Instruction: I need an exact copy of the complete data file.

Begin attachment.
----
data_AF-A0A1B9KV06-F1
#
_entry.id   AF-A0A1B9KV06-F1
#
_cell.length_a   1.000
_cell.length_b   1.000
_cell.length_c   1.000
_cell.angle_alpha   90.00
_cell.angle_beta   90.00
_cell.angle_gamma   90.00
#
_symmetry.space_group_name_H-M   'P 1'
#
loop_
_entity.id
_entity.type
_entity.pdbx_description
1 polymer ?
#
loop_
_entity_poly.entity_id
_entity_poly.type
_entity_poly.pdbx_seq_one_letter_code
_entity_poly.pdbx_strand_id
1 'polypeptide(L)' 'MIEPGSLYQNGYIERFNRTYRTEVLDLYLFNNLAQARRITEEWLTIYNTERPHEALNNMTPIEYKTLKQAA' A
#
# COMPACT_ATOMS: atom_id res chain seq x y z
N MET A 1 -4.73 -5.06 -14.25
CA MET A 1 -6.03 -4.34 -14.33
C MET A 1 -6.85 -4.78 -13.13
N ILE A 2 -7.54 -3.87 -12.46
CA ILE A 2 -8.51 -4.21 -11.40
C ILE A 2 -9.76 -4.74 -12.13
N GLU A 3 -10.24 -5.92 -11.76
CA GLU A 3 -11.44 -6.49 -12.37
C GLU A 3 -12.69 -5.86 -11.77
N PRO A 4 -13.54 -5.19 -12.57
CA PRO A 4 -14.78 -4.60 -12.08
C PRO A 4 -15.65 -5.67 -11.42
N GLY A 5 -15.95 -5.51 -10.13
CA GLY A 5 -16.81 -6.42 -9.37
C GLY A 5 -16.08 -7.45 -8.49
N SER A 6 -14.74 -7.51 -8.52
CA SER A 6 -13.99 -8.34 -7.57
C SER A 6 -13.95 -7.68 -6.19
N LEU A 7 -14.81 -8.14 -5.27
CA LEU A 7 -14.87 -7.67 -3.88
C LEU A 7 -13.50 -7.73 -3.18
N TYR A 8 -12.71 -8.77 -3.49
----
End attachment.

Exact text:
data_AF-A0A1B9KV06-F1
#
_entry.id   AF-A0A1B9KV06-F1
#
_cell.length_a   1.000
_cell.length_b   1.000
_cell.length_c   1.000
_cell.angle_alpha   90.00
_cell.angle_beta   90.00
_cell.angle_gamma   90.00
#
_symmetry.space_group_name_H-M   'P 1'
#
loop_
_entity.id
_entity.type
_entity.pdbx_description
1 polymer ?
#
loop_
_entity_poly.entity_id
_entity_poly.type
_entity_poly.pdbx_seq_one_letter_code
_entity_poly.pdbx_strand_id
1 'polypeptide(L)' 'MIEPGSLYQNGYIERFNRTYRTEVLDLYLFNNLAQARRITEEWLTIYNTERPHEALNNMTPIEYKTLKQAA' A
#
# COMPACT_ATOMS: atom_id res chain seq x y z
N MET A 1 -4.73 -5.06 -14.25
CA MET A 1 -6.03 -4.34 -14.33
C MET A 1 -6.85 -4.78 -13.13
N ILE A 2 -7.54 -3.87 -12.46
CA ILE A 2 -8.51 -4.21 -11.40
C ILE A 2 -9.76 -4.74 -12.13
N GLU A 3 -10.24 -5.92 -11.76
CA GLU A 3 -11.44 -6.49 -12.37
C GLU A 3 -12.69 -5.86 -11.77
N PRO A 4 -13.54 -5.19 -12.57
CA PRO A 4 -14.78 -4.60 -12.08
C PRO A 4 -15.65 -5.67 -11.42
N GLY A 5 -15.95 -5.51 -10.13
CA GLY A 5 -16.81 -6.42 -9.37
C GLY A 5 -16.08 -7.45 -8.49
N SER A 6 -14.74 -7.51 -8.52
CA SER A 6 -13.99 -8.34 -7.57
C SER A 6 -13.95 -7.68 -6.19
N LEU A 7 -14.81 -8.14 -5.27
CA LEU A 7 -14.87 -7.67 -3.88
C LEU A 7 -13.50 -7.73 -3.18
N TYR A 8 -12.71 -8.77 -3.49